So, job one. Who are you? The prompt says you lived a good life, so what did you do? Were you ACTUALLY good, or did you just perceive yourself to be good? What about your good life implies you’d be good for punishing someone else? Is it a skill you have for causing pain, or just your presence would torture somebody else? Were you human? Perhaps you were magical or a creature? Maybe an alien? What is special about you?
Job two. How did you die? Were you killed? Was it suicide? Was it illness? Your death would be probably be the inciting incident. Until death, you were living your good life and not a punishment in Hell, so the cause of death should be significant. Was your death a choice you made, or was it thrust upon you?
Job three. Do you like your current circumstances? Are you happy to be there, do you thrive? Are you striving to escape? Do you know the person you’re supposed to punish and do you want to punish them? Do you team up with them to escape, or do you want to hurt them?
Essentially, from this base prompt work out who you are, what you want, and how you’re going to get it. The location of Hell and concept of being a punishment are how you root it, but work out the character and their motivation are key to growing your story.
Story Prompts – Instructional
Instructional story prompts don’t give you anything about the characters you’re writing about or the circumstances they’re in, that’s all up to you. Instructional story prompts have less personality, but a clear story idea.
For instance, from Pinterest:
Write about the dream assassins that are tasked with fighting nightmares that disturb people’s sleep.
How To Use Instructional Story Prompts
This instructional story prompt hasn’t given you anything about your character or your place in your story. You’re told what to write about, but not how to do it.
As with the concept prompt, you need to work out who your Protagonist is, what they want, why they want it, and how they want to get it. Who are you writing about and why?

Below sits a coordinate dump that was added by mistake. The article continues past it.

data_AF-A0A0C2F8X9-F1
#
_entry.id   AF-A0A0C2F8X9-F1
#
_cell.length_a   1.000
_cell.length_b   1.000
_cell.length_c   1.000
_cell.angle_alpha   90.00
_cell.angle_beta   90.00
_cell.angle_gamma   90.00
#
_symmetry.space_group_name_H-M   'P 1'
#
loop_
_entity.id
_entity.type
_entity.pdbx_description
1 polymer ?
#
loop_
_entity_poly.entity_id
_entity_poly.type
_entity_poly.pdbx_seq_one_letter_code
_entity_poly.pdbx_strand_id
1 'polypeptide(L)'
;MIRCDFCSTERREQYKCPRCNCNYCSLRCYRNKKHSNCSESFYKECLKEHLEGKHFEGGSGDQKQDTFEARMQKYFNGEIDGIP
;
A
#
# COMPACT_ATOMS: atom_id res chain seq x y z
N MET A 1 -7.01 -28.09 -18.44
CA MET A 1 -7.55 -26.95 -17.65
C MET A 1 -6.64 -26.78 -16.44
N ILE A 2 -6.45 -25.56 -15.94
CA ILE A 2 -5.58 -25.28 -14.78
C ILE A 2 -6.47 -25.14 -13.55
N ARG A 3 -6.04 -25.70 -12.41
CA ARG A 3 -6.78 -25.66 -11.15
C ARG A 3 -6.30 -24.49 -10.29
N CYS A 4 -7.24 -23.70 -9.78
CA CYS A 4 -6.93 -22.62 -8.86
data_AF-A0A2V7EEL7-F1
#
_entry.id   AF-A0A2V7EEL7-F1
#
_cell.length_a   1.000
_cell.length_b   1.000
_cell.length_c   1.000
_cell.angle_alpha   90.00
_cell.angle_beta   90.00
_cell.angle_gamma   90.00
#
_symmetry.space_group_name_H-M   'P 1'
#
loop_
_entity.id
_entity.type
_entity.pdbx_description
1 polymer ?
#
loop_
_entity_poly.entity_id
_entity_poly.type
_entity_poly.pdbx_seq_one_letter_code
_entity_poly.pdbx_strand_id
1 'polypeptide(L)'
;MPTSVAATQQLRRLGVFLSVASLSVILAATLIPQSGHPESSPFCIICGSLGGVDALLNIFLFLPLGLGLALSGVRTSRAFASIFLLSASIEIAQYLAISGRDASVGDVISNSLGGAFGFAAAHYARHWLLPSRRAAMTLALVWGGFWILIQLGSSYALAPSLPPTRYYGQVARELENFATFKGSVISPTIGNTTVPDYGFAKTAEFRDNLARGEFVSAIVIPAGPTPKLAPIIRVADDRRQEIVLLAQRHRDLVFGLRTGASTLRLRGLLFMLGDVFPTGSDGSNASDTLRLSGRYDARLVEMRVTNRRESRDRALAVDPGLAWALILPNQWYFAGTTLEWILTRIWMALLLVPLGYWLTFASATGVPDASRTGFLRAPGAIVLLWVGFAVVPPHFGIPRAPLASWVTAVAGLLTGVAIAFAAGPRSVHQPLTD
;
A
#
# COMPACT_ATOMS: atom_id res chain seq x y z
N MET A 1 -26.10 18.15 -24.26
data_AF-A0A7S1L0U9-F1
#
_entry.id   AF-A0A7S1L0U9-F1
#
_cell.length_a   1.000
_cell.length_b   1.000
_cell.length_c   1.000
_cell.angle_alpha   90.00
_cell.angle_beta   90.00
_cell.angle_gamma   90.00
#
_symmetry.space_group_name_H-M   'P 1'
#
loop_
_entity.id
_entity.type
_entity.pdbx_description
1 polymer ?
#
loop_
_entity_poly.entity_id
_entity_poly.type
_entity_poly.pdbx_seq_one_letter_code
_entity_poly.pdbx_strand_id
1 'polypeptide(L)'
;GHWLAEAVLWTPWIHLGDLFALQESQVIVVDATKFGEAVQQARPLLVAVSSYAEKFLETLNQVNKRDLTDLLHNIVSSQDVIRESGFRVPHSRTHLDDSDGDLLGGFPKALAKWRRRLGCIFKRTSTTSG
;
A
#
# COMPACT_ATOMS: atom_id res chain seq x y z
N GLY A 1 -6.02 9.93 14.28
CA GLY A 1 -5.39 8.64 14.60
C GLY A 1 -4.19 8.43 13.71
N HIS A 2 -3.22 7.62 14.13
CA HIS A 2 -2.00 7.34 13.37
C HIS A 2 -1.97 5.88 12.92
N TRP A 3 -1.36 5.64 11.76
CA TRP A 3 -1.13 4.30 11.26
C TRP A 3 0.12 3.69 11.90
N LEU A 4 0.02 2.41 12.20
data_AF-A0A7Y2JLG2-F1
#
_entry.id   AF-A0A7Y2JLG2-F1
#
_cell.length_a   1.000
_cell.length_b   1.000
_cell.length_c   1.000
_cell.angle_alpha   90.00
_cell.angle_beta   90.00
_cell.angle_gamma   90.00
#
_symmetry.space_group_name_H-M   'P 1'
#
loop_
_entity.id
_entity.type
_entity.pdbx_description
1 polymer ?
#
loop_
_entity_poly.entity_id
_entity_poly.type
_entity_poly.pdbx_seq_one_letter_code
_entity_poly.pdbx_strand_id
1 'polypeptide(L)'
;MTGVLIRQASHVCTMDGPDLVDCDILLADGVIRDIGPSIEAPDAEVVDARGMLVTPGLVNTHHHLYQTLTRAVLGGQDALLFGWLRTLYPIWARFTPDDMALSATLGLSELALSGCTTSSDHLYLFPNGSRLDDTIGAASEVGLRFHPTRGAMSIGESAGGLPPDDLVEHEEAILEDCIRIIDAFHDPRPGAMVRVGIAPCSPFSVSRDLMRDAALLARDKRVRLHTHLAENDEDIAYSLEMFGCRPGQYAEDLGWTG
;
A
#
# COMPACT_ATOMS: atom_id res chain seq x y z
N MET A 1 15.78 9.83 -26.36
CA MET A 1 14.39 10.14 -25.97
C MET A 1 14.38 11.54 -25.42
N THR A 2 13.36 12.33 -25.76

So, are you a dream assassin? Do you like your work? Were you born into it and feel trapped, or did you aspire to become one? How does the job work? Is it dangerous? Is fighting nightmares real peril, or does the peril come from the person who’s nightmares you’re trying to kill?
Altnernatively are you the one creating the nightmares they fight? Do the nightmares have a pure purpose, teaching the victims or helping them process worries? Without nightmares, are the dreamers going to struggle more in real life? Do you want to stop the dream assassins and how are you going to do it? Will you fight them with nightmares of their own?
Your story will follow your character, through the world of dream assassins, fighting to get what they want, and watching that journey and the obstacles they must overcome.
Your Unique Story
You are the only person in the world who can tell your story in your way. Whether you need help with creating a character, a concept or a world in which to tell it, whatever story you come up with is just yours.
Story prompts can be fun, such as my daughter coming up with Angelica Buffon’s super hero family, good practice for concept development skills, or it can be the key to writing your story. But whatever you use your story prompts for, focus on what your protagonist wants, why they want it, how they want to go about getting it, and what is getting in their way.